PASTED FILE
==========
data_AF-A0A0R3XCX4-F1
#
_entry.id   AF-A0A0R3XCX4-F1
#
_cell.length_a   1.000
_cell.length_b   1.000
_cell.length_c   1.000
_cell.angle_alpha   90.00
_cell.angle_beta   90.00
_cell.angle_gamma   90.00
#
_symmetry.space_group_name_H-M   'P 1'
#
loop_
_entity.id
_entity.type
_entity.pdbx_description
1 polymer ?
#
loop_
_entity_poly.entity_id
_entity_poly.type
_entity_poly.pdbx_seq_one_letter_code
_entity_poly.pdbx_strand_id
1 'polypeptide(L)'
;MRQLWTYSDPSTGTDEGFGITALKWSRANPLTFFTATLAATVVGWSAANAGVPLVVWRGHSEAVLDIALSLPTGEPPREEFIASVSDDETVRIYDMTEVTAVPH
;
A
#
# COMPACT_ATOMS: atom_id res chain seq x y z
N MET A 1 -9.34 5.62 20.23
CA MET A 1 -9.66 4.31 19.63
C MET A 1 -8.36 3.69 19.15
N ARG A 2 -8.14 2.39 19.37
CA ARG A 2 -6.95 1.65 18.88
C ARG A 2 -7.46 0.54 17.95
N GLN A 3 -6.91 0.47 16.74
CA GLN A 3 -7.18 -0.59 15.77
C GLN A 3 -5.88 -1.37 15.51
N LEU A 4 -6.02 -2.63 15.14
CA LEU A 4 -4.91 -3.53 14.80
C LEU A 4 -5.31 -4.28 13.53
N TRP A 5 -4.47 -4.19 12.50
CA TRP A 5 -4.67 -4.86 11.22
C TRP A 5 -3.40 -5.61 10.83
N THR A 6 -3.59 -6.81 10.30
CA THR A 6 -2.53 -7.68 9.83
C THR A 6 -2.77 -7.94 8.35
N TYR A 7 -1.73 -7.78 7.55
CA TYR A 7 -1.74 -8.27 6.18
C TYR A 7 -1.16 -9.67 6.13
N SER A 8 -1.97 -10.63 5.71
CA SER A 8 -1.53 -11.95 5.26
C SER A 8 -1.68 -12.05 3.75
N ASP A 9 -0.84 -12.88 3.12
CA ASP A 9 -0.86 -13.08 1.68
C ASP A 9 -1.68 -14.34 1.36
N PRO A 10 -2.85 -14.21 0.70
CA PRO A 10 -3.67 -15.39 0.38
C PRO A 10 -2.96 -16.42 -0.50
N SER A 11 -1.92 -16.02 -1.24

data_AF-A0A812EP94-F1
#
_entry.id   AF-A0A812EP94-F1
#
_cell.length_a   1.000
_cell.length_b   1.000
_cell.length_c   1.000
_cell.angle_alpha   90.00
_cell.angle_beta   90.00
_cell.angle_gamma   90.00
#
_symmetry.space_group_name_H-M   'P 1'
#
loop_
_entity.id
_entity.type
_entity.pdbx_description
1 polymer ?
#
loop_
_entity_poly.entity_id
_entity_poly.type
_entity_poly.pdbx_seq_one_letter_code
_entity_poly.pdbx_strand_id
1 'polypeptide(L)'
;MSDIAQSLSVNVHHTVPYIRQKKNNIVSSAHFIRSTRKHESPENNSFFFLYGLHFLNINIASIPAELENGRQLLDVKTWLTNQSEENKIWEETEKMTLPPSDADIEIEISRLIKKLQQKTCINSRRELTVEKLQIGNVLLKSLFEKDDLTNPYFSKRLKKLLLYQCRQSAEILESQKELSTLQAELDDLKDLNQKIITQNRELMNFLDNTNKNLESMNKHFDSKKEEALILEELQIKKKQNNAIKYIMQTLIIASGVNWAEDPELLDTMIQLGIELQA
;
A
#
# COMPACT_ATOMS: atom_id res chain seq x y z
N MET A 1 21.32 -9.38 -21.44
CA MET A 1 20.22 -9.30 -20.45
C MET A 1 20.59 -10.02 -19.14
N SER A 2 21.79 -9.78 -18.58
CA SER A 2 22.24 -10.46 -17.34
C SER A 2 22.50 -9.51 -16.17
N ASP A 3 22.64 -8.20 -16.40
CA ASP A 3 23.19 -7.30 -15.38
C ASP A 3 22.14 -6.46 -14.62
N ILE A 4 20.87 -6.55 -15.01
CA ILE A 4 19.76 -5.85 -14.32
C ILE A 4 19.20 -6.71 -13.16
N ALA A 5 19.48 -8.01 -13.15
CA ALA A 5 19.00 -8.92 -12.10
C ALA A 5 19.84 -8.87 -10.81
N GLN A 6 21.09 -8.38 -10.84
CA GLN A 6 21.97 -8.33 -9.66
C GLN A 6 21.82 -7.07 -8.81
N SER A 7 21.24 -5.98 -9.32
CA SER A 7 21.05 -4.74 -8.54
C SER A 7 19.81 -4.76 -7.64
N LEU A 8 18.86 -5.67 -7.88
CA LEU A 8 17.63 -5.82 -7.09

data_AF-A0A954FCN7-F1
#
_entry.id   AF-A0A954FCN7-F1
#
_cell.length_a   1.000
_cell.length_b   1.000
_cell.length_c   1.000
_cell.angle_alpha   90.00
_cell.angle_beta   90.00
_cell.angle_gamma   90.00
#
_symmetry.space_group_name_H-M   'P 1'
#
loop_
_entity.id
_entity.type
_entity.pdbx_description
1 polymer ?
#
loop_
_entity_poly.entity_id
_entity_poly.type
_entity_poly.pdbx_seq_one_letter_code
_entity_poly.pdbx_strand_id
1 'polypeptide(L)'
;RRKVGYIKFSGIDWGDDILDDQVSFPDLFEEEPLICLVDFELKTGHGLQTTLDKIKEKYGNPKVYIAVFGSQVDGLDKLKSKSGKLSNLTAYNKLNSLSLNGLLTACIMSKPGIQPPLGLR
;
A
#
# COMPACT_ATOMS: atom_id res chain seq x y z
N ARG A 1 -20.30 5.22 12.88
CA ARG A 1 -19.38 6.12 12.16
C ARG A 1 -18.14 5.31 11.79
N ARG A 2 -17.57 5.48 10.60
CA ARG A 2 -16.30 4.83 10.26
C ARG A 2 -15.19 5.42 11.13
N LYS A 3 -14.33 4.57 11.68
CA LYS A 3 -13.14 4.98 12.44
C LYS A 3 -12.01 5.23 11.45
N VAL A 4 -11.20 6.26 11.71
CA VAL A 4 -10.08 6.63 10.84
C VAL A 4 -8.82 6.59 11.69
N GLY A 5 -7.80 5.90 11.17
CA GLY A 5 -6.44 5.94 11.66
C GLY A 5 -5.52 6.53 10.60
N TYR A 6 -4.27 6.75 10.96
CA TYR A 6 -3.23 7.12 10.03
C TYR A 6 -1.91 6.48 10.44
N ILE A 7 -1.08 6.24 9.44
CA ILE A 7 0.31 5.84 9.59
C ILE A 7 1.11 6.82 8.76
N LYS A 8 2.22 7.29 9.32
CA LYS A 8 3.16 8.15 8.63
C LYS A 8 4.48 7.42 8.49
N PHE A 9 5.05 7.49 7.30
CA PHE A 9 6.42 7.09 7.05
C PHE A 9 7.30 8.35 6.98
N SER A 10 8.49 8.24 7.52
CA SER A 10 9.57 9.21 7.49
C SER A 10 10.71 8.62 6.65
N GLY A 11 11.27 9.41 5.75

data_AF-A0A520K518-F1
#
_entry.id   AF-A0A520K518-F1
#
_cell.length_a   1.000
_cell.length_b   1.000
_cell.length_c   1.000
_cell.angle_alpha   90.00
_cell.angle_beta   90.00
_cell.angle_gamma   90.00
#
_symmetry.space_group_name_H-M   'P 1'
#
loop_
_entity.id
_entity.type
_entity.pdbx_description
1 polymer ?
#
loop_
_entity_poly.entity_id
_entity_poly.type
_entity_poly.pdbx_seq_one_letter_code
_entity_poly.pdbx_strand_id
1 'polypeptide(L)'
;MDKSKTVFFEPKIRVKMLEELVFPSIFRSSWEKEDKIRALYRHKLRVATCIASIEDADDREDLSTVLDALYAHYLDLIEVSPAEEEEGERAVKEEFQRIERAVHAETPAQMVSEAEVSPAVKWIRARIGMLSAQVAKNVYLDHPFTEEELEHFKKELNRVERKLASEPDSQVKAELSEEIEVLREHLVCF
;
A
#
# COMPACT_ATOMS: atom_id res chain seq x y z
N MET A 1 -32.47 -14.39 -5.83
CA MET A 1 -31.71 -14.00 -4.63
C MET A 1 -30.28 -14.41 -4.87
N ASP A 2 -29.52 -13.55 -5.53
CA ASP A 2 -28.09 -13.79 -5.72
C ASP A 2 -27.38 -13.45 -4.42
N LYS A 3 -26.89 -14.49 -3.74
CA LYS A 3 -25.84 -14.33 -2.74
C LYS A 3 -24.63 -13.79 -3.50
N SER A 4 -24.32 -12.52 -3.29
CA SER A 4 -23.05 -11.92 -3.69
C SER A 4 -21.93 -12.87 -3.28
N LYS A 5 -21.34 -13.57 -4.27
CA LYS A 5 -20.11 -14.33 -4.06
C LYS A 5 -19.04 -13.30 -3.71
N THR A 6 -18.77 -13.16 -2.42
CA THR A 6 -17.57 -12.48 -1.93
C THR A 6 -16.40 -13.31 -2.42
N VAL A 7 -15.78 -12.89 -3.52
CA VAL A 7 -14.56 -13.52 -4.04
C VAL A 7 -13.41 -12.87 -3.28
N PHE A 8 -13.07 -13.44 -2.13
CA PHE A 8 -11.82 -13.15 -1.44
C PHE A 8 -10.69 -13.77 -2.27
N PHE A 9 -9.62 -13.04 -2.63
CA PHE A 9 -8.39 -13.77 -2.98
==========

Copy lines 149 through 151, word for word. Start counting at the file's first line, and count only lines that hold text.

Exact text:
CA ARG A 2 -16.30 4.83 10.26
C ARG A 2 -15.19 5.42 11.13
N LYS A 3 -14.33 4.57 11.68